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    Hi I need to solve

     z^4-z^2+1 as products of four factors in the form (z-e^{i\ {alpha}}) . Alpha is greater than or equal to 0 and less than 2pi.

    Is there a way to do this, without solving the quadratic, as it's not a very nice method.
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    What's not nice about it?

    The quartic is palindromic so you can write it as the product of two palindromic quadratics.

    z^4-z^2+1=(z^2+\sqrt{3} z +1)(z^2 - \sqrt 3 z +1)

    This goes easily but I'm not sure it isn't quicker just to solve the disguised quadratic directly.
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    (Original post by Mr M)
    What's not nice about it?

    The quartic is palindromic so you can write it as the product of two palindromic quadratics.

    z^4-z^2+1=(z^2+\sqrt{3} z +1)(z^2 - \sqrt 3 z +1)
    How did you work out what the middle term will be?

    I just solved the normal quadratic.
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    Thinking about it, why not just factorise the original cubic as:

    \displaystyle z^4-z^2+1=(z^2 - e^{\frac{i \pi}{3}})(z^2 - e^{-\frac{i \pi}{3}}) and take it from there?
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    (Original post by Mr M)
    Thinking about it, why not just factorise the original cubic as:

    \displaystyle z^4-z^2+1=(z^2 - e^{\frac{i \pi}{3}})(z^2 - e^{-\frac{i \pi}{3}}) and take it from there?
    I wouldn't know right of the bat, that it would factorize as that, how did you work it out? Also once I've solved the quadratic etc, and am readjusting the arguments, why is it + pi and not + 2pi?

    Thanks.
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    (Original post by Music99)
    How did you work out what the middle term will be?
    Seriously?

    The coefficient of z^2 needs to be -1.

    We have 1z^2 + 1z^2 so we need to subtract 3z^2.
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    (Original post by Mr M)
    Seriously?

    The coefficient of z^2 needs to be -1.

    We have 1z^2 + 1z^2 so we need to subtract 3z^2.
    Ah, my bad. It's getting late, and I'm having to teach myself FP3 and FP2 :P.
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    (Original post by Music99)
    Ah, my bad. It's getting late, and I'm having to teach myself FP3 and FP2 :P.
    Ah ok. I was assuming more knowledge than that. I thought this was an undergraduate thread - I've just noticed Sixth Form in the title.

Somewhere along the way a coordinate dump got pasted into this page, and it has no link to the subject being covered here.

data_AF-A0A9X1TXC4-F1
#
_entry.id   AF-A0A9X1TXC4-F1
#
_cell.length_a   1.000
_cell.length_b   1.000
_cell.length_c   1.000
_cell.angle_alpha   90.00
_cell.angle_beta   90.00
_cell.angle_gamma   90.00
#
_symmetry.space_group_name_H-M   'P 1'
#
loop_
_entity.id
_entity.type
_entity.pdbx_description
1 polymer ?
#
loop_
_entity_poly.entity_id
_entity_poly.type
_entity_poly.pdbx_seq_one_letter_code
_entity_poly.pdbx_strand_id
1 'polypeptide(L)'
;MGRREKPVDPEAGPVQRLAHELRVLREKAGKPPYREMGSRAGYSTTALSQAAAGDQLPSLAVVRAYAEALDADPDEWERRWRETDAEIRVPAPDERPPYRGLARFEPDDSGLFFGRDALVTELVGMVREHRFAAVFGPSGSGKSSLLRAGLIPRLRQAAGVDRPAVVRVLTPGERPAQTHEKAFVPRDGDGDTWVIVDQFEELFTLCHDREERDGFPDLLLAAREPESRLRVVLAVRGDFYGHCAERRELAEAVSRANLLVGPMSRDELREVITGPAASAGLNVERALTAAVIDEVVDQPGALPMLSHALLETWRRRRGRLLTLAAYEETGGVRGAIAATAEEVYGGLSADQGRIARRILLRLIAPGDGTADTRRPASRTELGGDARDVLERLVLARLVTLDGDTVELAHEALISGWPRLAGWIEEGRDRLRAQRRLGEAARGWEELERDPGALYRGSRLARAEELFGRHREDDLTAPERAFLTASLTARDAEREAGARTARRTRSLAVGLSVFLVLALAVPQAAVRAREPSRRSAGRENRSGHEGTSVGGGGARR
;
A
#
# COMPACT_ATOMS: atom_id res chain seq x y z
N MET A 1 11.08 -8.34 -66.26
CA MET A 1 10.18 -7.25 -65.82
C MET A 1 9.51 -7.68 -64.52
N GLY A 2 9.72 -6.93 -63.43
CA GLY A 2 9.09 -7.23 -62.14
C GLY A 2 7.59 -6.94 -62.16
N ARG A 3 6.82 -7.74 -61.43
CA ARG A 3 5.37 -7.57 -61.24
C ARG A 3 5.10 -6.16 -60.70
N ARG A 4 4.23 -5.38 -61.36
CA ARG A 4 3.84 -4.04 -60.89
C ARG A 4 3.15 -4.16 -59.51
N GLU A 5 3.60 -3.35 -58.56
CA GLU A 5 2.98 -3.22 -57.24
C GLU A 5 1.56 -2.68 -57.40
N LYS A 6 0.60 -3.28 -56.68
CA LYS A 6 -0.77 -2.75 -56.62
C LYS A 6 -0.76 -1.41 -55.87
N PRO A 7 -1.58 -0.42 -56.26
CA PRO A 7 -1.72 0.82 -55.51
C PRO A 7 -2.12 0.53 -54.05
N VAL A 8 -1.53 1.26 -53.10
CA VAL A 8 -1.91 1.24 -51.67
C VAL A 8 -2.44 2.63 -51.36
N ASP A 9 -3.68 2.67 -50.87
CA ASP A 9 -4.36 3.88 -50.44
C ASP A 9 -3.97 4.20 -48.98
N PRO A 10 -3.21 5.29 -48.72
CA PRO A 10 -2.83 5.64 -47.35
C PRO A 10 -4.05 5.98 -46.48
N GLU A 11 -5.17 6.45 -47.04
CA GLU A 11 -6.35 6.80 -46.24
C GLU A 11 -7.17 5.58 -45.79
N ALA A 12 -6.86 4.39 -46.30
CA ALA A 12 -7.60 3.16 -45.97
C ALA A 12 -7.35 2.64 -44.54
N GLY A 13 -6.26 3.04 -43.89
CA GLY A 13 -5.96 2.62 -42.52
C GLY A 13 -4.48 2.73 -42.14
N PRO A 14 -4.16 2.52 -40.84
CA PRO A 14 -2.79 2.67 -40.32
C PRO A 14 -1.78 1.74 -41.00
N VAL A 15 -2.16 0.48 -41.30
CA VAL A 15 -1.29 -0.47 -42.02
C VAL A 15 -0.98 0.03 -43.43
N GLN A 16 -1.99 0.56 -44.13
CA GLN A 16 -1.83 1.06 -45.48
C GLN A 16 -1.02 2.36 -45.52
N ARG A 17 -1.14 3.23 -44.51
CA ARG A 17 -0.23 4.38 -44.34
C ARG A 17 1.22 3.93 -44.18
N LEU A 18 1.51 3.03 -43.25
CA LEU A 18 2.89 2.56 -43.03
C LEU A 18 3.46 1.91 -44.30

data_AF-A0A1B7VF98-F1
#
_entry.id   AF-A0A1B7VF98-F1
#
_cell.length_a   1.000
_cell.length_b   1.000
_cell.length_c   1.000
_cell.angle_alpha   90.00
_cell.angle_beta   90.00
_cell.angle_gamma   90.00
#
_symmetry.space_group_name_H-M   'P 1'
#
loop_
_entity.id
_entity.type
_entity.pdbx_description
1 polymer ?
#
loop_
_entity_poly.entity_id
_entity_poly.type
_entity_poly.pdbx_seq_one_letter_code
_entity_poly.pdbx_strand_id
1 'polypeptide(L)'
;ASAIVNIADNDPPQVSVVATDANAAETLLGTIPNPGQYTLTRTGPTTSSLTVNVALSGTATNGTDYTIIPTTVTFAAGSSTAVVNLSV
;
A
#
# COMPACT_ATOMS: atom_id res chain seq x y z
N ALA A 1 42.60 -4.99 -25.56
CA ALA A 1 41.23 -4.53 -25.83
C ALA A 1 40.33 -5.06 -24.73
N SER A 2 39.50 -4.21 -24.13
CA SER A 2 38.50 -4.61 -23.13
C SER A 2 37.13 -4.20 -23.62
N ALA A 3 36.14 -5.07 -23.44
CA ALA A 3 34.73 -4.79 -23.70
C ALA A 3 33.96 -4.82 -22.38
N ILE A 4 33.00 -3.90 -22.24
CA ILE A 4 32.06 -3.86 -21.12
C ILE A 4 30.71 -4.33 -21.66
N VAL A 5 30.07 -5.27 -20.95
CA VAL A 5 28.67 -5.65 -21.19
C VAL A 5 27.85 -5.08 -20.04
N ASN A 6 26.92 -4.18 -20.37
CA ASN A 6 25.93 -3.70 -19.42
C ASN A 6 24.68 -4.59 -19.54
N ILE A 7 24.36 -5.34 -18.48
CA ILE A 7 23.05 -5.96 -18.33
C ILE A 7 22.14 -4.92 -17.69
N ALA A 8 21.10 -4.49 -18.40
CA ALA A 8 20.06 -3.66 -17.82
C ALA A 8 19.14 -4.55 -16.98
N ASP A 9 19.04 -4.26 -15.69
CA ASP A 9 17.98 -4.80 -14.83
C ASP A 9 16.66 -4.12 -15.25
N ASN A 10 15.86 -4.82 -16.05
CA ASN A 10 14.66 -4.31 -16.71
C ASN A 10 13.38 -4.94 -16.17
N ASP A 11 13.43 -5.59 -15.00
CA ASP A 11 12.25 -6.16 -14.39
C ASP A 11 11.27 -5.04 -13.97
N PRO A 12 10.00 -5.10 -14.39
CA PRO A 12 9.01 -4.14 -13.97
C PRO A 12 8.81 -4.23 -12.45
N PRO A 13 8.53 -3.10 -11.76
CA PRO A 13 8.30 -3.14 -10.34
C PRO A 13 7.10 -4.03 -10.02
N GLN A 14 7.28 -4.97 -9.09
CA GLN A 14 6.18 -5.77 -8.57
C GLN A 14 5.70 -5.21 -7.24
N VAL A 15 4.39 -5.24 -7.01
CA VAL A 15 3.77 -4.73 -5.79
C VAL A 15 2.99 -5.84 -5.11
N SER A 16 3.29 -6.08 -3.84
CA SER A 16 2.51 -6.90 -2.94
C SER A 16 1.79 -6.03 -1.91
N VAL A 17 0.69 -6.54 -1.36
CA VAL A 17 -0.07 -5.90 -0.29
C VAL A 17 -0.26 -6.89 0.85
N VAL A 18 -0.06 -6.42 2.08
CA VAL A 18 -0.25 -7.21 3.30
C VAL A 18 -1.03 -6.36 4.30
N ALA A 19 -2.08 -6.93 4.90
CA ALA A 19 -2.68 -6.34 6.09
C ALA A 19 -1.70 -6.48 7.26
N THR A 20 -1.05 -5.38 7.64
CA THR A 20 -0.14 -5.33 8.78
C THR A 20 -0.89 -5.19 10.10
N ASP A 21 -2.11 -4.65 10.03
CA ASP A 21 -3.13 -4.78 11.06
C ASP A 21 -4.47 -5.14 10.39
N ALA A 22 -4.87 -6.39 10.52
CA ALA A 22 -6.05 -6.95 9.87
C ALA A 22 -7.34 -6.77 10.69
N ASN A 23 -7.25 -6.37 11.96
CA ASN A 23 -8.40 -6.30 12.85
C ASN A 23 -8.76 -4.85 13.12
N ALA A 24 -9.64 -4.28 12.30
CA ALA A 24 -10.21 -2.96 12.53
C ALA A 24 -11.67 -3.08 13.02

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    (Original post by Mr M)
    Ah ok. I was assuming more knowledge than that. I thought this was an undergraduate thread - I've just noticed Sixth Form in the title.
    Well I am technically an undergrad, but transferring unis to York (fingers crossed), but have to do A-level further maths :P.
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    (Original post by Music99)
    I wouldn't know right of the bat, that it would factorize as that, how did you work it out? Also once I've solved the quadratic etc, and am readjusting the arguments, why is it + pi and not + 2pi?

    Thanks.
    I think the way you were supposed to approach this is to complete the square on the disguised quadratic.

    z^4 -z^2 +1=0

    (z^2 - \frac{1}{2})^2 - \frac{1}{4} + 1 = 0

    z^2 = \frac{1}{2} \pm \frac{i \sqrt{3}}{2}

    Now convert this pair of solutions to polar form and find the square roots to obtain four solutions and then write it as a set of four linear factors.
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    (Original post by Music99)
    Well I am technically an undergrad, but transferring unis to York (fingers crossed), but have to do A-level further maths :P.
    I see. Do you read mathematics at the moment? Where are you now?
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    (Original post by Mr M)
    I see. Do you read mathematics at the moment? Where are you now?
    I do, It's good just obviously some of the further maths stuff I haven't covered before. I'm at Brighton at the moment, and hopefully transferring to York.
 
 
 
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